Conspiracy at Desert One
By Bernace Charles
In Georgetown, Wayne Phillips' wife was out of the house and Wayne was
in a state of rage. "Damn it, David! The man is already lost! Somehow,
Southgate met Walker before or after going to the rest home. We killed
a man who may not have known a damn thing about this. We have to find Walker
and do it soon!"
"The old man was dying. I helped him along."
Wayne Phillips stared at Rice. He was concerned about Walker's whereabouts
and said angrily, "If Southgate told Walker the truth, and revealed
Laleh's location, we have to find her. Fred sent Laleh into hiding with
the only documents authorizing the operation. We'll have too much explaining
to do if they get into this man's hands."
"I don't remember Fred having to force you to get involved."
Phillips continued, "I shouldn't have signed the authorization
papers. It doesn't make a damn why I wrote them. The deaths in the desert
were nothing to those that would have occurred if the rescue-effort had
reached Tehran. We cannot discredit the agency. If Walker brings this forward,
the Select Intelligence Committee will put two and two together and come
up with the truth. The action papers written to cover this will blow it
out of the waters. Southgate passed them to Laleh. The son-of-a-bitch convinced
me to back the operation. It was a mistake. It was a mistake that has to
David Rice arrived in Washington at seven p.m. Three hours passed. He
listened to Wayne and felt no remorse for killing Harold Rush. David said,
"And where are we going to look for Walker? His answering machine
says he's gone for several months. He took off to who-knows-where."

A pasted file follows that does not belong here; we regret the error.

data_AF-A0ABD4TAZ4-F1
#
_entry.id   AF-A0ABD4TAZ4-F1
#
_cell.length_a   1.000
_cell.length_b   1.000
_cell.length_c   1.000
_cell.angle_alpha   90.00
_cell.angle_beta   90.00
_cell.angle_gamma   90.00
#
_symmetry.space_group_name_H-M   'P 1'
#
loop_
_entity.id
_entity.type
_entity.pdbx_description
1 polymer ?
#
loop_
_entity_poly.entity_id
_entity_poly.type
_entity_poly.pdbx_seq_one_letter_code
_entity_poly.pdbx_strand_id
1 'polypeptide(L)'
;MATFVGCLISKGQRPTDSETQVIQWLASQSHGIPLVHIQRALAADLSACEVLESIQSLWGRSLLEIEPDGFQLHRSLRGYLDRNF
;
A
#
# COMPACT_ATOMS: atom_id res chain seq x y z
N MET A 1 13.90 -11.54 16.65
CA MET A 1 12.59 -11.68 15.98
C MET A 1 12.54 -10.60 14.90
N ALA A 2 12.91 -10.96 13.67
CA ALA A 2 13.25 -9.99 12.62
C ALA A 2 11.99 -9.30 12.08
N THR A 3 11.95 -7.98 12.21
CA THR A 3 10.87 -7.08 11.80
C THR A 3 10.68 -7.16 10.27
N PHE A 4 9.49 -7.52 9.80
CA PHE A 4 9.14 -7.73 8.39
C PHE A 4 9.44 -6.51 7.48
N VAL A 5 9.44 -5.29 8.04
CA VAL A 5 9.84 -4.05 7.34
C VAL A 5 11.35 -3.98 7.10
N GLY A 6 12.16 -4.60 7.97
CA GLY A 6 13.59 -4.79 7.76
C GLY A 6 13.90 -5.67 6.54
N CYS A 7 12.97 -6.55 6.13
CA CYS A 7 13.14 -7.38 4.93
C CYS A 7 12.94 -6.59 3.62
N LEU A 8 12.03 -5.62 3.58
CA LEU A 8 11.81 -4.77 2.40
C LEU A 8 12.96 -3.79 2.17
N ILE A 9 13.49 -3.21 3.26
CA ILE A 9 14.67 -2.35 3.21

Wayne looked at Rice, and said, "We have to find him. If Southgate
told anyone, it would be his sister. Thank God, we tapped the sister's
telephone. Fred must have told her about Walker. I don't believe this telephone
call about the woman's garage door opener. I'm going to get a damn voice
analysis done on it."
"I'm supposed to kill Fred?"
"I want you in Chicago tonight."
Rice knew he would have to kill Fred. It wasn't a pleasant thought.
Phillips continued, "Fred was a seasoned operative and a detailed
planner. He was capable of seeing all the angles. He recognized that Walker
had made contacts so he can go underground. If he has, he's probably already
done it. We have to catch up with him before a book shows up on the Times
Best Seller list. If he manages to put one together on this, it'll be selling
like ice water in hell. It'll happen the day it comes out. It'll be too
late to touch him."
"Where do we start?"
"If Southgate told his sister about Walker, he may have told enough
to say where he might work on a book. We may have to come back to her.
Right now, I want Fred dead. His conscience hasn't done anything but open
a wound that needed to be forgotten."
David stood, knowing he was going to Chicago on an evening flight. He
said, "It'll be done. I regret getting involved with this. I don't
like killing our own people. I worked with Fred in NAM and he's a good
Wayne said, "If he wants to cleanse his hands of the past, he can
do it in a grave. I'm not going to jail for falling into an operation he
developed. Our mistake was believing it was the right thing to do."
"We got rid of Carter who didn't understand the world stage. We
got an actor playing to the armed services and the Cold War. His funding
efforts destroyed the entrenchment of the Soviet Block."
"Yea, a frigging high cost if there ever was one."
"Look, I'm not happy to kill a man I've known for thirty years?
Your hands have always been clean."
Wayne knew David was right. He said, "I'm sorry it's coming to
this. Who would know Fred would find a conscience and try to reveal the
story. How could we make certain the loadmaster killed in Atlanta was a
needed killing? Many others have died during service to their country and
never received an ounce of recognition for it. They weren't those possibly
dragging the agency down with them."
"I didn't work with them."
"Damn it, David, if you can't handle it, I'll get someone else."
"Yea, right, we'd really be up to our necks in it with some amateur
getting his ass caught."
Wayne studied David. He knew David would kill Fred and Fred wouldn't
inform any one of Laleh Sanders' whereabouts. He said, "I'm sorry."